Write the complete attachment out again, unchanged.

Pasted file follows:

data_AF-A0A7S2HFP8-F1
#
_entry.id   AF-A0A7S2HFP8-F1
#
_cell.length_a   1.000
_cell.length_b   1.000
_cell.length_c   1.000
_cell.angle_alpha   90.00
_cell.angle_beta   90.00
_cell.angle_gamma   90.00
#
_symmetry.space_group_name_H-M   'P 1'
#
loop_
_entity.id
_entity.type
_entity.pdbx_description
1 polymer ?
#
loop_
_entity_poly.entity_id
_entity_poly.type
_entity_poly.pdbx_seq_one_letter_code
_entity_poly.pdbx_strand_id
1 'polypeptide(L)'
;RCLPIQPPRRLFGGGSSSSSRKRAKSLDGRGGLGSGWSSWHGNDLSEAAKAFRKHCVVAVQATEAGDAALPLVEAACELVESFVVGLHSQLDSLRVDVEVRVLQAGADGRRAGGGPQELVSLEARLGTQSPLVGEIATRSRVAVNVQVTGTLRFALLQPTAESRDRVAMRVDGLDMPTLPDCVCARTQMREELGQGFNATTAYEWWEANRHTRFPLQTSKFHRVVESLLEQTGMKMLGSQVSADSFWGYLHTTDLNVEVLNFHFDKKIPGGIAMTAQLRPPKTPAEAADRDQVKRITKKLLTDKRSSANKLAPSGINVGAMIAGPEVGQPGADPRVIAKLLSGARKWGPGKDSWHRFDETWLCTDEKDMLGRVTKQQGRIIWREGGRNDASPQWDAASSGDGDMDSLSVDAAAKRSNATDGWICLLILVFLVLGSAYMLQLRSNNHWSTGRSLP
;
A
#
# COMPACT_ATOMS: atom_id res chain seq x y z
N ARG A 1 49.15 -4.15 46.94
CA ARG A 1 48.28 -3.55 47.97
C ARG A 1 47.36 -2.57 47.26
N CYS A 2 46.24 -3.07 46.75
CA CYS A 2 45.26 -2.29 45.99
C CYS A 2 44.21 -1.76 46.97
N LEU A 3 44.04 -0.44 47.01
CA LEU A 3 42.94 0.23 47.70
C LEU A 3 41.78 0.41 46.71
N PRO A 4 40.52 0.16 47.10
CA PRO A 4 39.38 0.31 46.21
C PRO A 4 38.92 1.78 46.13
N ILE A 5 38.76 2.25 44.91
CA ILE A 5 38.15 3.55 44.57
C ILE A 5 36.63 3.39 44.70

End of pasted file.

data_AF-A0A7S2HFP8-F1
#
_entry.id   AF-A0A7S2HFP8-F1
#
_cell.length_a   1.000
_cell.length_b   1.000
_cell.length_c   1.000
_cell.angle_alpha   90.00
_cell.angle_beta   90.00
_cell.angle_gamma   90.00
#
_symmetry.space_group_name_H-M   'P 1'
#
loop_
_entity.id
_entity.type
_entity.pdbx_description
1 polymer ?
#
loop_
_entity_poly.entity_id
_entity_poly.type
_entity_poly.pdbx_seq_one_letter_code
_entity_poly.pdbx_strand_id
1 'polypeptide(L)'
;RCLPIQPPRRLFGGGSSSSSRKRAKSLDGRGGLGSGWSSWHGNDLSEAAKAFRKHCVVAVQATEAGDAALPLVEAACELVESFVVGLHSQLDSLRVDVEVRVLQAGADGRRAGGGPQELVSLEARLGTQSPLVGEIATRSRVAVNVQVTGTLRFALLQPTAESRDRVAMRVDGLDMPTLPDCVCARTQMREELGQGFNATTAYEWWEANRHTRFPLQTSKFHRVVESLLEQTGMKMLGSQVSADSFWGYLHTTDLNVEVLNFHFDKKIPGGIAMTAQLRPPKTPAEAADRDQVKRITKKLLTDKRSSANKLAPSGINVGAMIAGPEVGQPGADPRVIAKLLSGARKWGPGKDSWHRFDETWLCTDEKDMLGRVTKQQGRIIWREGGRNDASPQWDAASSGDGDMDSLSVDAAAKRSNATDGWICLLILVFLVLGSAYMLQLRSNNHWSTGRSLP
;
A
#
# COMPACT_ATOMS: atom_id res chain seq x y z
N ARG A 1 49.15 -4.15 46.94
CA ARG A 1 48.28 -3.55 47.97
C ARG A 1 47.36 -2.57 47.26
N CYS A 2 46.24 -3.07 46.75
CA CYS A 2 45.26 -2.29 45.99
C CYS A 2 44.21 -1.76 46.97
N LEU A 3 44.04 -0.44 47.01
CA LEU A 3 42.94 0.23 47.70
C LEU A 3 41.78 0.41 46.71
N PRO A 4 40.52 0.16 47.10
CA PRO A 4 39.38 0.31 46.21
C PRO A 4 38.92 1.78 46.13
N ILE A 5 38.76 2.25 44.91
CA ILE A 5 38.15 3.55 44.57
C ILE A 5 36.63 3.39 44.70